ESP or LTD? Looking at these two guitar brands, many players end up a bit confused. In fact, these are not two individual brands, only two separate ranges of products from the same manufacturer. One of them is more affordable, the other boasts premium quality and a great reputation. But which one really provides the best value for money? This ESP vs LTD comparison should clear things up.
ESP is a brand most of the guitarists surely know and are able to recognize almost immediately. Originally a Japanese company founded in 1975, it has established itself on the US market as one of the most reliable and innovative brands on the market.
Their instruments are mostly handmade and all of the components and materials they use are considered premium. Logically, their price is quite high, which makes these instruments potentially unreachable for many younger musicians.
To address the growing demand for budget-friendly guitars, ESP established its subsidiary LTD in 1996. These guitars are constructed with a clear focus on affordability. Nevertheless, most of the high ESP standards are still fully met, so it’s not that easy to state that LTD guitars are indeed just the lamer versions of ESP.
So, where’s the truth? Which guitars are really worth the money?
Let’s begin with a brief summary of their main differences.
The main differences between the ESP and LTD guitars are:
Talking about ESP and LTD guitars generally is, of course, a bit vague. Both product lines contain many individual instruments with different qualities, features, components, and specifications. Some of the best LTD products could possibly compete with ESP’s most basic instruments in both quality, equipment, and sound. Let’s discuss them in detail.
Let’s compare ESP and LTD guitars in detail based on their most essential features and qualities.
As I’ve already mentioned before, ESP is one of the most important, most reputable, and most popular guitar brands on the market ever since the 1970s. The company with its headquarters based in Tokyo, Japan was founded by Hisatake Shibuya, who still acts as its owner. The Japanese-born entrepreneur also owns Schecter Guitars company as well as his own institute for musical education.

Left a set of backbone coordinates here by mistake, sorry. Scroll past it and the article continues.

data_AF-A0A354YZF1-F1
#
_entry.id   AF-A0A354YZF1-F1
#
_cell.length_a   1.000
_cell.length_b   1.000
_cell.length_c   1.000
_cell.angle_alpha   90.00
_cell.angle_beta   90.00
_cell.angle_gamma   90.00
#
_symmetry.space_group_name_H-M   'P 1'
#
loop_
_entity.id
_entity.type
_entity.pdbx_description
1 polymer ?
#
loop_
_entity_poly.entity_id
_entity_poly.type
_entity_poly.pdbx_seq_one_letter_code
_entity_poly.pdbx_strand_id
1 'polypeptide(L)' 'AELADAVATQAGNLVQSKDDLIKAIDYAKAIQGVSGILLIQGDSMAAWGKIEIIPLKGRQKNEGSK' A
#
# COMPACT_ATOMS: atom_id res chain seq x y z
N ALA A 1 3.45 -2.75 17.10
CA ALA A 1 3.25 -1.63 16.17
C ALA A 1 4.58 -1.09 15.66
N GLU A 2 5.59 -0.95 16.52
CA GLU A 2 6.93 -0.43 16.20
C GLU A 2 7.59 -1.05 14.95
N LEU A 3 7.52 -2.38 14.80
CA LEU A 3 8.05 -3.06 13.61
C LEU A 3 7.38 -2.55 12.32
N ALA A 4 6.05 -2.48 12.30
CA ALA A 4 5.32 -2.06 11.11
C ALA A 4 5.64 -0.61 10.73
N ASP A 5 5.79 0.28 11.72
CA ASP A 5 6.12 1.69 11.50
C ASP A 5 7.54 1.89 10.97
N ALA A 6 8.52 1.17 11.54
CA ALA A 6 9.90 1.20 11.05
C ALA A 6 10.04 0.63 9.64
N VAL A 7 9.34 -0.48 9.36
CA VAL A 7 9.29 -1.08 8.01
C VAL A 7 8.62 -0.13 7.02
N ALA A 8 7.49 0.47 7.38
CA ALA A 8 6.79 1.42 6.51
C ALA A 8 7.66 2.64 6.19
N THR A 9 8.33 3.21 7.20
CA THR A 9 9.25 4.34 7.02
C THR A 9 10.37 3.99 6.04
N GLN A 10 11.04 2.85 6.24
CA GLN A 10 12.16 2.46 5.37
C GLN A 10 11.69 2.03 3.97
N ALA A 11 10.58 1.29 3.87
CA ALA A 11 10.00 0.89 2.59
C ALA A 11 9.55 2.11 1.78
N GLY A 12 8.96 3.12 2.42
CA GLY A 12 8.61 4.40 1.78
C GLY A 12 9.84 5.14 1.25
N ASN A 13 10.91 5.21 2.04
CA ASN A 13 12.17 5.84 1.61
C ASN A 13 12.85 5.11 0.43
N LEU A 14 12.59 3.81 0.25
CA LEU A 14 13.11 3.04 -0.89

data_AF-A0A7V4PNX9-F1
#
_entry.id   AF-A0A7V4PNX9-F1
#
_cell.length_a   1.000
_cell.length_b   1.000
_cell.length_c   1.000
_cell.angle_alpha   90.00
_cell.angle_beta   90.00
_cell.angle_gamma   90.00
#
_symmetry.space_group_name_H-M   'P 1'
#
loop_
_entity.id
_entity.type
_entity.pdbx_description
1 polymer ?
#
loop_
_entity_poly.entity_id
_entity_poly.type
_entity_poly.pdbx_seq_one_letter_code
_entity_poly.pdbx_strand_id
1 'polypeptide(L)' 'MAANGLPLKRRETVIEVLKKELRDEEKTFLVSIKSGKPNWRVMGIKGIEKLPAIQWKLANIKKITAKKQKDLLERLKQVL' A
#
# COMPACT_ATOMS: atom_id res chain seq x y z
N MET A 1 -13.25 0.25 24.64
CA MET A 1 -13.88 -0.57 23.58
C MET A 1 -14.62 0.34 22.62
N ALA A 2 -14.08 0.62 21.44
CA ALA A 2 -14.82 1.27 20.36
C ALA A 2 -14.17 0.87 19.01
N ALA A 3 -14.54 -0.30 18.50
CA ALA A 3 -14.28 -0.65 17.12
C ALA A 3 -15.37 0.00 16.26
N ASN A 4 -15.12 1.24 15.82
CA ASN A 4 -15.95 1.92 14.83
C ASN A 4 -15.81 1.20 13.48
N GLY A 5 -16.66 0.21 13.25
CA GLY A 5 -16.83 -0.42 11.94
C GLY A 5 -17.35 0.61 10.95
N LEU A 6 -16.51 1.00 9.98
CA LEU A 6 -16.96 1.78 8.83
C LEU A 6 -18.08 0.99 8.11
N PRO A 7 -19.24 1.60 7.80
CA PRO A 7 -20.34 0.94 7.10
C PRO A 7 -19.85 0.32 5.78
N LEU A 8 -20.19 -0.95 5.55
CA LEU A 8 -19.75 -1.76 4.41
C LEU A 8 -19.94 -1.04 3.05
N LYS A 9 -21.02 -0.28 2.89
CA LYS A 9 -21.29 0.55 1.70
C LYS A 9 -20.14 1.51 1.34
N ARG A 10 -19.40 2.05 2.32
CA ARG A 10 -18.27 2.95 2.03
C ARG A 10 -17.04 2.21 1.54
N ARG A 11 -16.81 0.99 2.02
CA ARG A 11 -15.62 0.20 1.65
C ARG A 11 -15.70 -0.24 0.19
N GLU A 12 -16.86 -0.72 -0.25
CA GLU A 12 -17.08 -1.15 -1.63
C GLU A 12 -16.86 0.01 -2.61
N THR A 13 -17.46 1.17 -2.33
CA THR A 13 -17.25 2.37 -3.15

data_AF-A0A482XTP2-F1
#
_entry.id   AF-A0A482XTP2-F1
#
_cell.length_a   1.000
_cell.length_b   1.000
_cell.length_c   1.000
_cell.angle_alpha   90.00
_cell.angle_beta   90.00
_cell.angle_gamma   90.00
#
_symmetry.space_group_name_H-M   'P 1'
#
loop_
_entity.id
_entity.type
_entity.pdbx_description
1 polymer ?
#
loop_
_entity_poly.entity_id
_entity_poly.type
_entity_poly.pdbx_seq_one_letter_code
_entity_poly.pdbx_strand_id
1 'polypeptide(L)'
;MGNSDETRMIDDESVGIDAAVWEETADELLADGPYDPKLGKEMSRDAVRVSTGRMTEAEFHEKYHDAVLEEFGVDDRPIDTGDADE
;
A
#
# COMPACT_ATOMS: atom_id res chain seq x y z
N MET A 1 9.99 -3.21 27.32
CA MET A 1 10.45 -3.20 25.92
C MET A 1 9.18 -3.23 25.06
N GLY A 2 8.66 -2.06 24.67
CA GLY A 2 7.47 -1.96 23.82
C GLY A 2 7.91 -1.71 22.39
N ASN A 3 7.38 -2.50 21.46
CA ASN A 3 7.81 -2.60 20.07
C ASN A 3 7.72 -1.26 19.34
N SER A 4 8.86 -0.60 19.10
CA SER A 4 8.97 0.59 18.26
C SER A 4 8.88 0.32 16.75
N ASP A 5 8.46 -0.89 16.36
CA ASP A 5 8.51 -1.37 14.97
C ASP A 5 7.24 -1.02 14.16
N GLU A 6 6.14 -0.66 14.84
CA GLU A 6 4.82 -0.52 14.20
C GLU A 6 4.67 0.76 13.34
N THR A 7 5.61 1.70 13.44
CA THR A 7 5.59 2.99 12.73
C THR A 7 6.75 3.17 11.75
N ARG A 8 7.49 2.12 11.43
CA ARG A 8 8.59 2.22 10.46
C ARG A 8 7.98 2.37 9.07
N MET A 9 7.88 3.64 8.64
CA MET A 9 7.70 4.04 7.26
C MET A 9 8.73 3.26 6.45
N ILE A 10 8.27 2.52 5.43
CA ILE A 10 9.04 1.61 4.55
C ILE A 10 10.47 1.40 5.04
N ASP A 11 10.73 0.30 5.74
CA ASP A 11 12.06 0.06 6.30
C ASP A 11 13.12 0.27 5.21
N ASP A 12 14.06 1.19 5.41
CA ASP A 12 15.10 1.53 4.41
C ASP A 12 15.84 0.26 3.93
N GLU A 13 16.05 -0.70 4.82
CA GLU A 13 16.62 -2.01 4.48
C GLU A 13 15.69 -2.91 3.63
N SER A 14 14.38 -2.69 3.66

ESP stands for Electric Sound Products. As the name clearly suggests, the company specializes in electric guitars and basses. These bold and reliable instruments have attracted many guitar legends over the years including the likes of Ronnie Wood (The Rolling Stones), James Hetfield (Metallica), and Max Cavalera (Soulfly).
ESP guitars are well proven and sought after across all musical genres, but they have been mostly linked to hard rock, classic rock, and thrash metal. Let’s explore them in detail to see what makes them so special and valued.
Besides their undeniable sound quality, ESP guitars are also loved and praised for their exotic and extravagant designs. They come in many unique shapes that will instantly attract any player who wants to stand out and turn heads wherever he appears with his instruments. But they can also look incredibly sleek and sophisticated, if that’s what you’re after.